Capello's new favourite is just too old-fashioned
For the England management, the aftermath of Wednesday's sorry encounter with France soon became an exercise in straw-clutching. It was no surprise to hear which straw Fabio Capello grabbed most gratefully.
Yet even as Andy Carroll received a majority of the few plaudits bestowed on anyone in a white shirt, an uncomfortable question demanded to be answered: is Newcastle United's so-called "old-fashioned centre-forward" what England want or need? (The clue may be in the adjective.)
Capello's praise was generous and exuded gratitude on a night when he could claim few other positives except exposing young players to the fear that Wembley apparently spreads through the home dressing-room.
He said of Carroll: "I saw the game he played against Arsenal, he surprised me, and this evening he confirmed what I saw. For him today was the same as in the Premier League. For some other players it was different. The first time he played here he played with confidence, without fear. I think he will be very important for England for the future. I hope Andy will be in the same moment in February."
Other questions for the next game in February, against opponents yet to be announced, are whether Carroll will manage to side-step trouble in the festive season preceding his next court case and whether Wayne Rooney will be sufficiently fit to demand a place.
On the disciplinary matter first, the management seem convinced they have got their message across. Having promised a headmasterly lecture, Capello says he duly administered it: "I told him it's really important because the press, the TV, the photographers, will be focusing on him and his behaviour. I told him he had to be careful in every moment. Be careful when you drink something because the mobile [phone] is terrible. You have to be careful with the friends you choose."
As to Carroll's potential new friend on the field, Capello appears to be dreaming of a partnership with Rooney. "If they stay fit it will be a really important combination. All the people know that when Rooney is fit and in good form, he is one of the best players in the world. He makes a difference. France without [Karim] Benzema [would be] another team. When you play at this level you have to be more fit than normally, 100 per cent."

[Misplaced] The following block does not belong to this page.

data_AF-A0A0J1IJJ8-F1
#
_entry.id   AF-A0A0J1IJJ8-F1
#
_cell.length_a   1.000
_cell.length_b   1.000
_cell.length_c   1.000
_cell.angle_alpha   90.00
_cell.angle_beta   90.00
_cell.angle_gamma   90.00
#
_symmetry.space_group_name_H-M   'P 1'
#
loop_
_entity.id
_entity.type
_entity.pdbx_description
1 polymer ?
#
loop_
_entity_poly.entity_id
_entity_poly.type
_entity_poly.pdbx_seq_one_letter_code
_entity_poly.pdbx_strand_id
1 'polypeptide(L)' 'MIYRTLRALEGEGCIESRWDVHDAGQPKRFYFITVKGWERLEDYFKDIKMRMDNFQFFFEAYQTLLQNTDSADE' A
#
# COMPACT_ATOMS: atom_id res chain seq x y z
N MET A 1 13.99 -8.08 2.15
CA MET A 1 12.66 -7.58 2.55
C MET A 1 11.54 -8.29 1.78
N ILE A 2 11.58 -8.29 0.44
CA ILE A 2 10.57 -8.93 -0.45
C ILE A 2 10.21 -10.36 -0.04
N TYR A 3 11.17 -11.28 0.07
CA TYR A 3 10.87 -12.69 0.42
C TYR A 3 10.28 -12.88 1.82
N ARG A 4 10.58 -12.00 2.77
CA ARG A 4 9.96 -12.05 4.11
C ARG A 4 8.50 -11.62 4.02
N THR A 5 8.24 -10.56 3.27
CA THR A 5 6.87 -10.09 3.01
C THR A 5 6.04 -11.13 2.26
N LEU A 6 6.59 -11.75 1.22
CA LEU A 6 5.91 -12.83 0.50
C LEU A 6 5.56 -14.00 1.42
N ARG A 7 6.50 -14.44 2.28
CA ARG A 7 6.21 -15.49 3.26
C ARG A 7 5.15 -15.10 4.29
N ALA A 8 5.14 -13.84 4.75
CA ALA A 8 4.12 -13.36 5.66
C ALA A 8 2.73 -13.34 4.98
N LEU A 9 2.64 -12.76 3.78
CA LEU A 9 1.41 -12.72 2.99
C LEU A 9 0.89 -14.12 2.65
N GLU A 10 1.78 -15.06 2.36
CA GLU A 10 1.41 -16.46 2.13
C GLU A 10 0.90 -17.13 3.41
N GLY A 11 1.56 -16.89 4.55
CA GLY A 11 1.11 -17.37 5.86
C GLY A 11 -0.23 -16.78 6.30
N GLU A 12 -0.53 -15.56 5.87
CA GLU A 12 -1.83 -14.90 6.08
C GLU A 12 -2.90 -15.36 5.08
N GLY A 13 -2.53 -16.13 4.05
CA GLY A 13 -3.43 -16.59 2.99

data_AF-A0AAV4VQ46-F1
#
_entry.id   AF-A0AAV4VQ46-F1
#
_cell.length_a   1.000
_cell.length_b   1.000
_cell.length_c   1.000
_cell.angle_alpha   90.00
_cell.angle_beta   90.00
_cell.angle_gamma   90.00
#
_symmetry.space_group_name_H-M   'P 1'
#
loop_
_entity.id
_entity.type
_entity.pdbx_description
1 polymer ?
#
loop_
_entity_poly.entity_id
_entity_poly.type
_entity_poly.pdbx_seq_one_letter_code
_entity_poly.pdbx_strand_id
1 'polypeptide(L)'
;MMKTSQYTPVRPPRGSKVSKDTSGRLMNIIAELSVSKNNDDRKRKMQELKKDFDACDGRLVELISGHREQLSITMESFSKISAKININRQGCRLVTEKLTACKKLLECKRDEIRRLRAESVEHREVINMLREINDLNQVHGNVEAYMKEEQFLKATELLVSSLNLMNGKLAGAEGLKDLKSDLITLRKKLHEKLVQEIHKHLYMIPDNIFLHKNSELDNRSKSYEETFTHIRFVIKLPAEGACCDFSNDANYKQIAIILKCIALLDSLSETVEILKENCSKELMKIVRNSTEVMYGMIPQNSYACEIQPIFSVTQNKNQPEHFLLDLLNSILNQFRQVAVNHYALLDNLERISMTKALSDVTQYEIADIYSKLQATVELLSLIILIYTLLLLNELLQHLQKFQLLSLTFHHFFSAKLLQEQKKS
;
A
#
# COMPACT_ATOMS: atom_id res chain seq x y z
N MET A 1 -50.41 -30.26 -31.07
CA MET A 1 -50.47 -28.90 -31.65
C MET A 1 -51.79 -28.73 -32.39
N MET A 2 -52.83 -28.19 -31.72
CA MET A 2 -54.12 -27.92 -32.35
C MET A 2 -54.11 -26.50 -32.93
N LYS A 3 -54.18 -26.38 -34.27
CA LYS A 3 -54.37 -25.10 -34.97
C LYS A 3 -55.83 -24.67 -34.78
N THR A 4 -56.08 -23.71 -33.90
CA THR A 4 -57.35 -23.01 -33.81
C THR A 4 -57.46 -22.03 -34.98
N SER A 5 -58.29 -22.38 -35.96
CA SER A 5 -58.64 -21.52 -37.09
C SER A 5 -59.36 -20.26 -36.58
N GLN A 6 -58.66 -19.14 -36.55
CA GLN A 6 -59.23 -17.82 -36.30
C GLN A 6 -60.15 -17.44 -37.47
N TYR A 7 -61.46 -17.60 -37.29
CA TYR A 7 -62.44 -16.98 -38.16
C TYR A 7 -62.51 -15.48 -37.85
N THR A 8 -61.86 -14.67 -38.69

There are visions of Rooney flitting just behind Carroll, which would mean Steven Gerrard dropping deeper, where he is less effective, or moving out to the left, from where Carroll needs the service (absent against France from either side) of aproper winger.
But to return to the question: is the tactic of using a big man up front the one that suits England best? Those who claim they should go back to the most basic of basics and play a "traditional" British style, rather than trying to emulate the fancy Continental passing game of France and Spain, believe that is the way to go.
Yet this method has never ever succeeded at the level that really matters. Of the top 10 goalscorers in English football, only one, Nat Lofthouse of Bolton, was that type of player. (For younger readers, he is the "old-fashioned centre-forward" who scored in an FA Cup final without touching the ball, simply barging the goalkeeper over the line.) Mark Hateley, a striker Carroll closely resembles, failed to reach double figures in more than 30 games, as, of course, did Emile Heskey in twice as many. Malcolm Macdonald, another revered Tyneside No 9, scored five in one game against Cyprus and only one in his other 13 games. Good club players all, though not necessarily what England needed.
The other problem with using this type of striker is that they tend to dictate the team's strategy just by being there. On Wednesday it took England precisely 25 seconds from the time of kicking off until Joleon Lescott sent the first long ball forward towards Carroll.
Capello says Carroll will be part of the squad in February. But it would be wrong to suppose he is the answer to all the woes exposed on Wednesday.
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